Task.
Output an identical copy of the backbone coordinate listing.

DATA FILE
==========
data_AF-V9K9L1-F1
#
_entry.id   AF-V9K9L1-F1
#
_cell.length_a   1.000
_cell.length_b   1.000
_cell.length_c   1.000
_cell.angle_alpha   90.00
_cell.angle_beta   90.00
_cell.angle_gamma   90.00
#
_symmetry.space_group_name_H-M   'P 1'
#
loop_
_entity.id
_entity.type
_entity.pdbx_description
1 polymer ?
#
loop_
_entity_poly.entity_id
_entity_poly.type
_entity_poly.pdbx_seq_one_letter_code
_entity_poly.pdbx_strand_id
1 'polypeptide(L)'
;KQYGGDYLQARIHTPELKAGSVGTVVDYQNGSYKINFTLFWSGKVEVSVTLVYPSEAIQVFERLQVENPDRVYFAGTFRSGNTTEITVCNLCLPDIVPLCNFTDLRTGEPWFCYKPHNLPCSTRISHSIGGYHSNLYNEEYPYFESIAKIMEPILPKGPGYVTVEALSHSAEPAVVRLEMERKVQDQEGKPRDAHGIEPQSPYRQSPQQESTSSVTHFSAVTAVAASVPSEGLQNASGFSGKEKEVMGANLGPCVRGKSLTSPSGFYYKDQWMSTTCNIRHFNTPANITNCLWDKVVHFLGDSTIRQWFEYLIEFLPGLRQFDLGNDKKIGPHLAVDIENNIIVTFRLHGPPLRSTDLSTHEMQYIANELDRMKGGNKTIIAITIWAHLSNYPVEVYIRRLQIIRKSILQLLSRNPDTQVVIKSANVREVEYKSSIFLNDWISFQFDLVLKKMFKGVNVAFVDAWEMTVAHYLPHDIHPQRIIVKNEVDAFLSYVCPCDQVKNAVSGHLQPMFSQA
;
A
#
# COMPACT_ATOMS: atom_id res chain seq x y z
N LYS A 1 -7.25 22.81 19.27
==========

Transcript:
data_AF-V9K9L1-F1
#
_entry.id   AF-V9K9L1-F1
#
_cell.length_a   1.000
_cell.length_b   1.000
_cell.length_c   1.000
_cell.angle_alpha   90.00
_cell.angle_beta   90.00
_cell.angle_gamma   90.00
#
_symmetry.space_group_name_H-M   'P 1'
#
loop_
_entity.id
_entity.type
_entity.pdbx_description
1 polymer ?
#
loop_
_entity_poly.entity_id
_entity_poly.type
_entity_poly.pdbx_seq_one_letter_code
_entity_poly.pdbx_strand_id
1 'polypeptide(L)'
;KQYGGDYLQARIHTPELKAGSVGTVVDYQNGSYKINFTLFWSGKVEVSVTLVYPSEAIQVFERLQVENPDRVYFAGTFRSGNTTEITVCNLCLPDIVPLCNFTDLRTGEPWFCYKPHNLPCSTRISHSIGGYHSNLYNEEYPYFESIAKIMEPILPKGPGYVTVEALSHSAEPAVVRLEMERKVQDQEGKPRDAHGIEPQSPYRQSPQQESTSSVTHFSAVTAVAASVPSEGLQNASGFSGKEKEVMGANLGPCVRGKSLTSPSGFYYKDQWMSTTCNIRHFNTPANITNCLWDKVVHFLGDSTIRQWFEYLIEFLPGLRQFDLGNDKKIGPHLAVDIENNIIVTFRLHGPPLRSTDLSTHEMQYIANELDRMKGGNKTIIAITIWAHLSNYPVEVYIRRLQIIRKSILQLLSRNPDTQVVIKSANVREVEYKSSIFLNDWISFQFDLVLKKMFKGVNVAFVDAWEMTVAHYLPHDIHPQRIIVKNEVDAFLSYVCPCDQVKNAVSGHLQPMFSQA
;
A
#
# COMPACT_ATOMS: atom_id res chain seq x y z
N LYS A 1 -7.25 22.81 19.27